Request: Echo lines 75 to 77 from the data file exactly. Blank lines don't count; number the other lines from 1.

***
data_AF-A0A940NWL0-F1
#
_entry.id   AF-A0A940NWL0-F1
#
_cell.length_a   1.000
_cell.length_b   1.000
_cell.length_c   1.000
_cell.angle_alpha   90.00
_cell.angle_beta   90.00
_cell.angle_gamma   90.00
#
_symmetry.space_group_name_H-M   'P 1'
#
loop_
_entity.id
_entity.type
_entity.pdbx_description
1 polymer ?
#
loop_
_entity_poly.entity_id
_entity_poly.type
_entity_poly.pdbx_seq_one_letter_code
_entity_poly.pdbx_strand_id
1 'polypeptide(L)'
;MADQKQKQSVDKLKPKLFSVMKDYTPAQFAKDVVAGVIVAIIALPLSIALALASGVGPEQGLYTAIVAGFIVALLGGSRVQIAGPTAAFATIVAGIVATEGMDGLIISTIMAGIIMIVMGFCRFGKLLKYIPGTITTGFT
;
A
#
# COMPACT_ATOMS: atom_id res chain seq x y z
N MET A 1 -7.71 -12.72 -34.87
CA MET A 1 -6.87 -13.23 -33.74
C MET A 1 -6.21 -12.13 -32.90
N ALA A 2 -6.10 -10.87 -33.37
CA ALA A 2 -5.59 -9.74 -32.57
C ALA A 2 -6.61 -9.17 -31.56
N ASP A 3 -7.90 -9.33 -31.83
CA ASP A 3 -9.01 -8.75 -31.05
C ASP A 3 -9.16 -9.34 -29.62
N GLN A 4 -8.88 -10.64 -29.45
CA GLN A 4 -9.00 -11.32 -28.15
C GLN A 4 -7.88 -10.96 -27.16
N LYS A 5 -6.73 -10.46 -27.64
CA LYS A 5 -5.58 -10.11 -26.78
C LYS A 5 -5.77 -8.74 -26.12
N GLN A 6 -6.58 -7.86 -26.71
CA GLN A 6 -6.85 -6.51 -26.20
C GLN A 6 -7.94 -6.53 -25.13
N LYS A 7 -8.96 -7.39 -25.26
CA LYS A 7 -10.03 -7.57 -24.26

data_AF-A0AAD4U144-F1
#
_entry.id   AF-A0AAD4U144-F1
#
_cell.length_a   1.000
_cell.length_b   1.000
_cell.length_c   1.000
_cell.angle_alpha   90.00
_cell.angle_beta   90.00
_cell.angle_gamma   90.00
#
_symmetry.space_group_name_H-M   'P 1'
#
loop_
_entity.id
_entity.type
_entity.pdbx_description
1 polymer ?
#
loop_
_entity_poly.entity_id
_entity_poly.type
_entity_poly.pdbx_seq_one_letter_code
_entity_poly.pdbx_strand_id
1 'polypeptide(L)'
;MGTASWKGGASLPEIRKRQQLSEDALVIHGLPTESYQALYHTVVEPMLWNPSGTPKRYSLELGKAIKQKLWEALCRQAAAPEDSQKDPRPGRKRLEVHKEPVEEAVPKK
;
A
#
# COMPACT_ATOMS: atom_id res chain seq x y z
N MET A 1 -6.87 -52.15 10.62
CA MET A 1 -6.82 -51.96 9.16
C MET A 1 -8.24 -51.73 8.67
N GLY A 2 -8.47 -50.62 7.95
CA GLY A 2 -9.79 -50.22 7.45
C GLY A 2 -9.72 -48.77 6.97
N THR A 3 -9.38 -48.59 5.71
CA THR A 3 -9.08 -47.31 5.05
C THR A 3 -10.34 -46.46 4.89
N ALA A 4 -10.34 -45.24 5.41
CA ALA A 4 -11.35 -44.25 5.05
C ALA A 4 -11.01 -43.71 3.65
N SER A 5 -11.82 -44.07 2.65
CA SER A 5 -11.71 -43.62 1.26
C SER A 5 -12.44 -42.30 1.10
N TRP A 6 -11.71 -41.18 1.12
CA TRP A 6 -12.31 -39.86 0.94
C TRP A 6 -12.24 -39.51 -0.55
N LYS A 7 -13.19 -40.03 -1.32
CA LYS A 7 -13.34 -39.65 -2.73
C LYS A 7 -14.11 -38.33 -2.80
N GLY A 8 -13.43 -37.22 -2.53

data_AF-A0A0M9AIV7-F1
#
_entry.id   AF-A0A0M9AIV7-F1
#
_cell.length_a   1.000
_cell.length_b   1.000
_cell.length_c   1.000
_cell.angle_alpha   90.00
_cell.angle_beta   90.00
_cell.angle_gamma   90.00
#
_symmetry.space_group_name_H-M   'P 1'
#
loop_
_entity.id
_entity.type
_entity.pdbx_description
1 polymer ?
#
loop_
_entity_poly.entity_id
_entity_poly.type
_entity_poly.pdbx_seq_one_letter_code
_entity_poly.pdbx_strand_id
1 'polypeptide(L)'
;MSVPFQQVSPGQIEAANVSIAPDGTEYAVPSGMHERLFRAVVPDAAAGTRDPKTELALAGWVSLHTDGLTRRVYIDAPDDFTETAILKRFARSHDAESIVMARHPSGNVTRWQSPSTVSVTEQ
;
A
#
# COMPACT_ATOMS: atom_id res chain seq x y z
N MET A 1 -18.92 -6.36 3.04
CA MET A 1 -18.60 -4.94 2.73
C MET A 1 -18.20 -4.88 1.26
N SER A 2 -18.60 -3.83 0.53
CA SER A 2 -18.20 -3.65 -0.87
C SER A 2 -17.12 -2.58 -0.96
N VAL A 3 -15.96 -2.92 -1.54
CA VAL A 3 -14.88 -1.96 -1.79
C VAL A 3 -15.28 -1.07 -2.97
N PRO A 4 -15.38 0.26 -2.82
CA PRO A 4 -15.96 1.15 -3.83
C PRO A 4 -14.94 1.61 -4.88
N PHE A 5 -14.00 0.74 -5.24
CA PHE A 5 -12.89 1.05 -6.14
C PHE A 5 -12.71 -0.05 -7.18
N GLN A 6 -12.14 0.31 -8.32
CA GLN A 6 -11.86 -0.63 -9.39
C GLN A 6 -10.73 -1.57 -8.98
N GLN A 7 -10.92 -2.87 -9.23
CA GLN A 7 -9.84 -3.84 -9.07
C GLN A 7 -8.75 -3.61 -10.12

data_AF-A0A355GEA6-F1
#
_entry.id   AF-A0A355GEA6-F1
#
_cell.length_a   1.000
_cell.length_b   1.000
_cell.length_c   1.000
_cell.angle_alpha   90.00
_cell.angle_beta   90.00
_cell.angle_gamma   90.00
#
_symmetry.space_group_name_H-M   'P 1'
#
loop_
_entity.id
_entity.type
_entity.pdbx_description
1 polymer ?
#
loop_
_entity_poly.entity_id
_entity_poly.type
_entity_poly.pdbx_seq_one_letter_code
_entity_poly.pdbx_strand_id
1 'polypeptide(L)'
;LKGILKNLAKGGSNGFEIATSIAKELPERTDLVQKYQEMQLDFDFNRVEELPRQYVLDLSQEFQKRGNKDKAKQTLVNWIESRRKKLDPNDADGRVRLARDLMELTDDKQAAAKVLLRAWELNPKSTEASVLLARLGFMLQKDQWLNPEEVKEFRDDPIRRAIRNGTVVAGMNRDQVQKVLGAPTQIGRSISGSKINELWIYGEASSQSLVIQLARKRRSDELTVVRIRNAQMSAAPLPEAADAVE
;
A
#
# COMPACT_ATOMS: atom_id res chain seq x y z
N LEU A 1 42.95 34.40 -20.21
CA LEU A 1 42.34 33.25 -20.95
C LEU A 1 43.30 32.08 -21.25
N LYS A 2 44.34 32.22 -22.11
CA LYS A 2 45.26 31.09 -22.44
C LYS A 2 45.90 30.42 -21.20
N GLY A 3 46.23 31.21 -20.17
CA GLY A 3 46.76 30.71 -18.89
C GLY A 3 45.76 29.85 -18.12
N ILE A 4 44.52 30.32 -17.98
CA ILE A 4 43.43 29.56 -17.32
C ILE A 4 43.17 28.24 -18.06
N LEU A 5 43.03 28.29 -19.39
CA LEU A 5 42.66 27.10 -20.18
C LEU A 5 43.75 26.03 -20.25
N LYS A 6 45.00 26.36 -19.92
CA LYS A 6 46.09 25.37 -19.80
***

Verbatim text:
1 'polypeptide(L)'
;MGTASWKGGASLPEIRKRQQLSEDALVIHGLPTESYQALYHTVVEPMLWNPSGTPKRYSLELGKAIKQKLWEALCRQAAAPEDSQKDPRPGRKRLEVHKEPVEEAVPKK
;